KENGO: I'm still a man of hope. But with time has come experience and knowledge and with that comes the loss of innocence. The face I stare at in the mirror is older, and less innocent, and less naive. But not necessarily wiser or smarter.

There is something about faith and hope and charity and YOUTH acting together for the better good that cynicism and experience and the lines of age lose.

Was I wrong to marry so young? Some may argue an emphatic "YES", while others might see what I see - a faith and hope and confidence and assurance in the future that is hard to grasp and obtain today.

Scot said...

It must be the season for nostalgia :-).

To me, we are the result of initial conditions plus future inputs. I take past selves as a fraction of the present picture, and a fraction that decreases as more time to that past self ticks by, but never to zero.

Where'd he go? I think that old self went to the same place the ball of clay goes after the sculptor gets done with it; the shape went years into the past, and the base material is sitting right in front of your computer monitor, in a different shape :-).

Beck said...

SCOT: Your nostalgic post triggered me to post this reflection I'm going through as I keep staring at the "boy" I was when I was engaged.

But, yes, I fundamentally am who I am. I always have been me and I continue to be me. My fundamental material is the same (fortunately I still have my youthful trim figure and my hair! :))

Still, it's odd, looking back now with such clear eyes of being a "gay man" all my life - something I've always been - to stare at a face of me at a time when I didn't know that part of me. It's freaky and strange and amazing all at once.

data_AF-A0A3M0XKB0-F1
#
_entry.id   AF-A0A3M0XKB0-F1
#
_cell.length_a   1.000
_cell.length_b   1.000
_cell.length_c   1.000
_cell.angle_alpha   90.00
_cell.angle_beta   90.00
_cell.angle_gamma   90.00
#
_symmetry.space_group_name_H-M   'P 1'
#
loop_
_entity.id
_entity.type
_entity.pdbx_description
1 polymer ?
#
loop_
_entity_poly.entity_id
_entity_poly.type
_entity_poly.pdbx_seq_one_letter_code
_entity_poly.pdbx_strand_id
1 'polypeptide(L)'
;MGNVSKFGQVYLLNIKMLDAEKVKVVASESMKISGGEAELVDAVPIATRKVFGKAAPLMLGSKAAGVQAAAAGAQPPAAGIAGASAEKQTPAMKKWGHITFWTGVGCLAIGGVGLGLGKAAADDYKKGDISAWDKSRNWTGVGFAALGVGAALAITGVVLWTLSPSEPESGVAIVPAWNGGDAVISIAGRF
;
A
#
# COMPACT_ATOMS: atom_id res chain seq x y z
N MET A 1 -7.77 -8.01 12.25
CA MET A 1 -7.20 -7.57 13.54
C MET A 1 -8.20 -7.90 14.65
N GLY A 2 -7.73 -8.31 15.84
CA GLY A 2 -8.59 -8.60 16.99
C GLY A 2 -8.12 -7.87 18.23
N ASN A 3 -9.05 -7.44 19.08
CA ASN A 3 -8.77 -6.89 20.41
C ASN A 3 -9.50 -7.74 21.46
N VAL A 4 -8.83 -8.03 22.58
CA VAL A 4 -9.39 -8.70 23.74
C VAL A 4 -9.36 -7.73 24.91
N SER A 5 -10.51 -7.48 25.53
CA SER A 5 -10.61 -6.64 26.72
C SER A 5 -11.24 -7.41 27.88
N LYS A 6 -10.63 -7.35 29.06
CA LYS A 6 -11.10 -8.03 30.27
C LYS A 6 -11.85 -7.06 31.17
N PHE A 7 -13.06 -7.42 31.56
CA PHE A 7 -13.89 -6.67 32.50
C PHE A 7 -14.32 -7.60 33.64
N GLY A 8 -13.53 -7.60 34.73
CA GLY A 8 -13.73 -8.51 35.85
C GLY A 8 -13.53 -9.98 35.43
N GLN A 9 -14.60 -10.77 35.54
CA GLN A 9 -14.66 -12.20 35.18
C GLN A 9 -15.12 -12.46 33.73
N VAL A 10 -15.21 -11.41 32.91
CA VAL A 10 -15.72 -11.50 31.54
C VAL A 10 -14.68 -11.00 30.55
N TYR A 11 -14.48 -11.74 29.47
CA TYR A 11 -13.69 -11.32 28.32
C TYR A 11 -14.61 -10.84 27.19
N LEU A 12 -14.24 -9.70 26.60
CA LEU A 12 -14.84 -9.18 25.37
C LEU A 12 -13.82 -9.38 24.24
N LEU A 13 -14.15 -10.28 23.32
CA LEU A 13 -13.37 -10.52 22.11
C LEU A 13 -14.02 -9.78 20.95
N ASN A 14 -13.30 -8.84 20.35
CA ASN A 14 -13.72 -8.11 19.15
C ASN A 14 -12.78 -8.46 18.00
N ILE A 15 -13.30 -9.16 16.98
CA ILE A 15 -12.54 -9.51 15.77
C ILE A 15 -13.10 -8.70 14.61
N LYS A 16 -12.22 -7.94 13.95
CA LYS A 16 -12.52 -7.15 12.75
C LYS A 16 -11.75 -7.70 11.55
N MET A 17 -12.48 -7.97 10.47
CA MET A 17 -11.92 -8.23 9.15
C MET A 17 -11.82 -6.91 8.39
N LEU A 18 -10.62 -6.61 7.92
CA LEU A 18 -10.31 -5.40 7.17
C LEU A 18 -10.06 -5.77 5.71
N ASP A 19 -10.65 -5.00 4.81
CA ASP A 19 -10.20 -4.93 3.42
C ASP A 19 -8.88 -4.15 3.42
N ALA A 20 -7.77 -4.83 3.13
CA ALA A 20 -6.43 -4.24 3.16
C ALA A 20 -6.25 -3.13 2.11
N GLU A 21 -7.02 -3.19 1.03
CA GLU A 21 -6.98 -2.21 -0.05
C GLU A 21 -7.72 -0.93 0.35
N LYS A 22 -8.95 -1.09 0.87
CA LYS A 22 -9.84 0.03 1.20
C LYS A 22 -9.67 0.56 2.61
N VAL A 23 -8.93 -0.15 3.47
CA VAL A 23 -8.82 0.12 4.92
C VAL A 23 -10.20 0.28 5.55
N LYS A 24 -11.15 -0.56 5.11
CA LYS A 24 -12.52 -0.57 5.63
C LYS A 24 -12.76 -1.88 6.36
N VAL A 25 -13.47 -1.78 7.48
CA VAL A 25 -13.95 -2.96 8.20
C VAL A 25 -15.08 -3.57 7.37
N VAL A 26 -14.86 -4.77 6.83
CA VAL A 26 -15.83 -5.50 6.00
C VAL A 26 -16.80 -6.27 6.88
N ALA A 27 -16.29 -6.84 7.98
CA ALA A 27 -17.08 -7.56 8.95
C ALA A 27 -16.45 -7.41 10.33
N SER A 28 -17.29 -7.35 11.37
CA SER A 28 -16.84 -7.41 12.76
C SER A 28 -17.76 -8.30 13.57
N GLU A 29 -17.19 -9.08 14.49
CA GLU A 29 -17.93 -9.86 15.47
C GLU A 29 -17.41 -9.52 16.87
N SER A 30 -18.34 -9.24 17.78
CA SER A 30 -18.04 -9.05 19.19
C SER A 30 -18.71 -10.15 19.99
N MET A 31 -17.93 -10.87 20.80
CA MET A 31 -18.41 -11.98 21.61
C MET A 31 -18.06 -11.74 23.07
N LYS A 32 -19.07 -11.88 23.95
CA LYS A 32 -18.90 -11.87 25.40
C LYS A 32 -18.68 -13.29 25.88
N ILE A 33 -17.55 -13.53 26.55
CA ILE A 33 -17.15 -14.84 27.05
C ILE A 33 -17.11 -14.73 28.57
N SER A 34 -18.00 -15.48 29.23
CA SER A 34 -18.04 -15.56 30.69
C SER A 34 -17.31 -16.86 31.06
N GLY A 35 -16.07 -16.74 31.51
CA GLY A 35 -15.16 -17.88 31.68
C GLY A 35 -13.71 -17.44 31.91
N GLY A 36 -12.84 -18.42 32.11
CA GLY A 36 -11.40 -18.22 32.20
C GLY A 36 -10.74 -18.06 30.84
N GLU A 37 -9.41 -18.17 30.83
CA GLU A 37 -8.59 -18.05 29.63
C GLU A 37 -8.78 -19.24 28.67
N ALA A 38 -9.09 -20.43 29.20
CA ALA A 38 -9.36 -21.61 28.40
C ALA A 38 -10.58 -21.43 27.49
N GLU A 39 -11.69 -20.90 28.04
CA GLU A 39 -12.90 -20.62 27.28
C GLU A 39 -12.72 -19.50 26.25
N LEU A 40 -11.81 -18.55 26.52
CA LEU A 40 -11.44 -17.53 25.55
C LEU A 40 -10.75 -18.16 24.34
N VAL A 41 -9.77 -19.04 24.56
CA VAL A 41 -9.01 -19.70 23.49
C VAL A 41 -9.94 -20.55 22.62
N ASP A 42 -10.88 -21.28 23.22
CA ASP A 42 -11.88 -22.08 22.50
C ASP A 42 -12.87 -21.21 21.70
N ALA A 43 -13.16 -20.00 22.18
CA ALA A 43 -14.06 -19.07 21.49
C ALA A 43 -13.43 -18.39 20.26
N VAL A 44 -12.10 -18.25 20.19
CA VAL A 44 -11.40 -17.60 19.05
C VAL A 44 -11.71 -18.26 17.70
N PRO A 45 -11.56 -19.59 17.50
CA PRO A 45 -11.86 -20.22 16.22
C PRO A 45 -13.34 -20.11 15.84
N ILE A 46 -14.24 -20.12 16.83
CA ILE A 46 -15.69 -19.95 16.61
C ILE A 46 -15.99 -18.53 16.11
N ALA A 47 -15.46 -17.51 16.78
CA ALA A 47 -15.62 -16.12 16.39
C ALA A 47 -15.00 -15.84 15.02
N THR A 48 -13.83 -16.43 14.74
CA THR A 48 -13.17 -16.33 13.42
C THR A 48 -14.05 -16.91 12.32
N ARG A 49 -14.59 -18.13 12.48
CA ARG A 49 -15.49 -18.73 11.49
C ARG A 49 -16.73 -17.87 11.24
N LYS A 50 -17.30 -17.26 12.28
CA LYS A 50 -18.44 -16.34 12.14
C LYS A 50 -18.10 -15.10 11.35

Though rattled a bit, I'm okay with it... just weird looking back into the eyes of the boy I was at the time I was engaged.

Kengo Biddles said...

Scot, you put it really well. It's like your high-school GPA -- Even though you're moving forward and getting new grades, the D you got in second semester Algebra II can still come back and bite you in the butt (like it did to me...)

But that's a great parallel with life.

Public Loneliness said...

Beck, love your post.

I think about the same things looking at old pictures. As human beings, we evolve, we change, it is impossible to stay the same, even if we try, our habits may change, just like our bodies and minds. None of it is bad at all, it is all the natural process of life. In my POV we just keep turning into a better version of ourselves, not the other way around because of our experiences.

I'm sure in spite of all the goodness we see in our younger versions there are also tons of insecurities and inmaturities attached to them, it is all relative, but I do also believe it is good to look back now and then, helps us deal with the now and the possible future.

Beck said...

PL: I hope we are turning into a better version of ourselves - at least internally - but I can't help but covet the youthfulness that is wasted on the young when they don't know any better!

Silver said...

In my wallet I carry a picture of myself at about 14 years old. I was a beautiful, innocent boy, but I had a very low self image and a lot of heartache and insecurity. Truth is I took a long time to overcome that and the negative dialoge that went on in my head for years. I didn't even begin to grasp my potential. I spent years living in my head instead of in public. I was so trapped in my head. Thankfully now, I'm real and I love interacting with people, especially other men. Now I like myself, but it took so long.